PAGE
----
To sell Tupperware, Wise enlisted party hostesses, who would receive free products for opening their homes—and social circles—to her. Wise wheeled out games, like one that had the women write newspaper ads to sell their spouses (“Husband for sale. Balding, often cranky, stomach requiring considerable attention!”). She held raffles, with winners landing trinkets from her own wardrobe. She would pass around the goods, too: One regular party trick involved tossing a Tupperware bowl filled with water to show off its novel airtight seal. Then she’d take orders.
By the early 1950s, Wise was ordering more than $150,000 worth of Tupperware a year (about $1.9 million today) for her and other women she’d recruited to sell. When he heard about the woman selling out his wares, Tupper tapped Wise to become his vice president of marketing. It was an unprecedented executive role for a woman at the time.
Under Wise, sales soared. She didn’t stop at parties, either. She cooked up tactics like Tupperware Jubilee, a four-day sellers’ festival where sellers wore bowls for hats and jumped into activities like digging up buried treasure. She wrote a weekly column in the company magazine; she published a self-help autobiography. She became the first woman on the cover of BusinessWeek.
Meanwhile, Tupper was starting to feel his products were being overshadowed. When a corporate buyer suggested they wouldn’t commit to a company with a woman executive, Tupper fired Wise. She’d get $30,000 in compensation. He’d sell the company for $16 million.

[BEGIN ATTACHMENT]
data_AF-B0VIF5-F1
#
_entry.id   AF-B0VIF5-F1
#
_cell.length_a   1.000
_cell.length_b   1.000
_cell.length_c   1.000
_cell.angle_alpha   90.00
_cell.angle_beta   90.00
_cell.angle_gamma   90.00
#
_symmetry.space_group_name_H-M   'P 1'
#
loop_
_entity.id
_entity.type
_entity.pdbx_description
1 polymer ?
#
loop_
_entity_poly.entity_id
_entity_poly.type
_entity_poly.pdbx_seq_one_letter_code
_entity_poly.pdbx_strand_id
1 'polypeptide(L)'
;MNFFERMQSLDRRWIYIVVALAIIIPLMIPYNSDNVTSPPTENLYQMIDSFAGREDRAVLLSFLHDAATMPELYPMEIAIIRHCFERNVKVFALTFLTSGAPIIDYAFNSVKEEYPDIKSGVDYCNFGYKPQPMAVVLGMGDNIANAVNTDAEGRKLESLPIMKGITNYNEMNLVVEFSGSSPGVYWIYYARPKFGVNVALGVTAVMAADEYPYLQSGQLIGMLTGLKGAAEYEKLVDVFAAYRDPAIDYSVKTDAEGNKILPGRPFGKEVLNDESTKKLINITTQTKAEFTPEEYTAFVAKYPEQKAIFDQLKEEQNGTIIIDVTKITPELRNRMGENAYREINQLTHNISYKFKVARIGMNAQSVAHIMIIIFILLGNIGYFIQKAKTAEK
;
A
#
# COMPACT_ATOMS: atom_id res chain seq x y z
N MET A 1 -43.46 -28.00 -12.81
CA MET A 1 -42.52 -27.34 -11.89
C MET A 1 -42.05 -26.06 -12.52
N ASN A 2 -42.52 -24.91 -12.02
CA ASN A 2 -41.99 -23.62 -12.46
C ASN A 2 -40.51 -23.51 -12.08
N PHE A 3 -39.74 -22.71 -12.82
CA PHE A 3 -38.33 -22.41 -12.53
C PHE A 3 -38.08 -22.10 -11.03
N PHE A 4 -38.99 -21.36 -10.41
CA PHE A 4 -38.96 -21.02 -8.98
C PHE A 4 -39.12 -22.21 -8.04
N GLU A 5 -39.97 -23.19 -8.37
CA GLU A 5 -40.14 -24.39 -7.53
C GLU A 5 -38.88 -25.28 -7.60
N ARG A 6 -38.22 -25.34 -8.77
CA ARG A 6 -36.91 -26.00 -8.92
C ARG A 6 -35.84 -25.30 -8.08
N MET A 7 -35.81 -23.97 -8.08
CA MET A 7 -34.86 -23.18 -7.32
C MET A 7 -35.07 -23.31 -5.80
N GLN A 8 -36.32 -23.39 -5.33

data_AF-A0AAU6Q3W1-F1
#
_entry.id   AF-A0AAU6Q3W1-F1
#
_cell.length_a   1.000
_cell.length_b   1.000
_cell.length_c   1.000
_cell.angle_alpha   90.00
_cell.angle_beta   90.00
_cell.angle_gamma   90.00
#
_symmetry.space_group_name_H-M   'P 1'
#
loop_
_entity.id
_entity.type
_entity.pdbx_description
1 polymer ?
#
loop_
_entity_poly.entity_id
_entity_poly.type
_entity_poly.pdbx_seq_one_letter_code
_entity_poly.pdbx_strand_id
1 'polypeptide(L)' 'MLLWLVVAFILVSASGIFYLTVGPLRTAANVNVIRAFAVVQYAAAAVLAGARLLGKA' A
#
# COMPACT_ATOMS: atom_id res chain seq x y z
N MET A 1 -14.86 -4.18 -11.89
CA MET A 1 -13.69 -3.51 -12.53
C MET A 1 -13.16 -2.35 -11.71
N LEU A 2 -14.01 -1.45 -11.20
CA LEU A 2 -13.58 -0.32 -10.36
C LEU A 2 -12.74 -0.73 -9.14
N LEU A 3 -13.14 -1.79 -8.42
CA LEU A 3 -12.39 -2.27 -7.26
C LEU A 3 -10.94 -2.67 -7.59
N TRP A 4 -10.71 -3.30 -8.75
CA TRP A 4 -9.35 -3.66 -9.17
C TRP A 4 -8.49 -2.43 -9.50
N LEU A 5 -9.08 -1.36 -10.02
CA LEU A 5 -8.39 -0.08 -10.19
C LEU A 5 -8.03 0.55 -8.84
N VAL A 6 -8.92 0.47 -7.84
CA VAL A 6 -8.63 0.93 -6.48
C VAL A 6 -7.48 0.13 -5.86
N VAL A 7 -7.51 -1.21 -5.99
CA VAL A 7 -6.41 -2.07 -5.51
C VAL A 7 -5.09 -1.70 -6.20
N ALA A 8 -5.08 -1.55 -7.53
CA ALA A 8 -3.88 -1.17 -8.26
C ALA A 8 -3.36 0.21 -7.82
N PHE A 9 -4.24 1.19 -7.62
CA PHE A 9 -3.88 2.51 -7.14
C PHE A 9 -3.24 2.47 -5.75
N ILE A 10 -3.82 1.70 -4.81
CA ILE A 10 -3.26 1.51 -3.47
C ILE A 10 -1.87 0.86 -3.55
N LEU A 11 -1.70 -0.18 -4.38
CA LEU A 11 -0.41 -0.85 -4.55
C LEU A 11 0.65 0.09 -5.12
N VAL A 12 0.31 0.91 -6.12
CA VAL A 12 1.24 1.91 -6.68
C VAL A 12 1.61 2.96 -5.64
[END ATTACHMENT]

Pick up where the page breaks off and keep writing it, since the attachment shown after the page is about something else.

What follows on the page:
But Wise’s legacy endures, having sold women on the idea that they could move up in the world without leaving the house. She managed to build a business within the confines of the cult of domesticity—and subvert it from the inside.
“My mama done told me / When I was in pigtails / My mama done told me / ‘Hon, we’re havin’ a party / A Tupperware party / We’re gonna have us some fun…’”
—Singer, Florida citrus ambassador, and eventual anti-gay activist Anita Bryant in a performance at the 1964 Tupperware Jubilee in Orlando
Take me down this 🐰 hole!
Tupperware’s direct-sales dynasty
But Wise’s sales model wasn’t all raffles and singalongs. Her living room parties left a legacy that changed the very course of domestic direct sales. Today’s product parties have also been co-opted by a certain kind of company: multi-level marketing organizations (or MLMs), which allow independent contractors to sell products directly to customers, then recruit more sellers and (crucially) earn commissions on their sales.
Say a seller begins her business with her Herbalife smoothies, her LuLaRoe leggings, or her Young Living oils. That seller recruits others to her team to join up, start selling merch, and, yes, kick back a portion of her proceeds to the ol’ team coach. The recruit recruits more sellers. The recruit’s recruit recruits more. The team map starts to take on an uncanny shape—something, well, triangular in form. Or perhaps: pyramidal?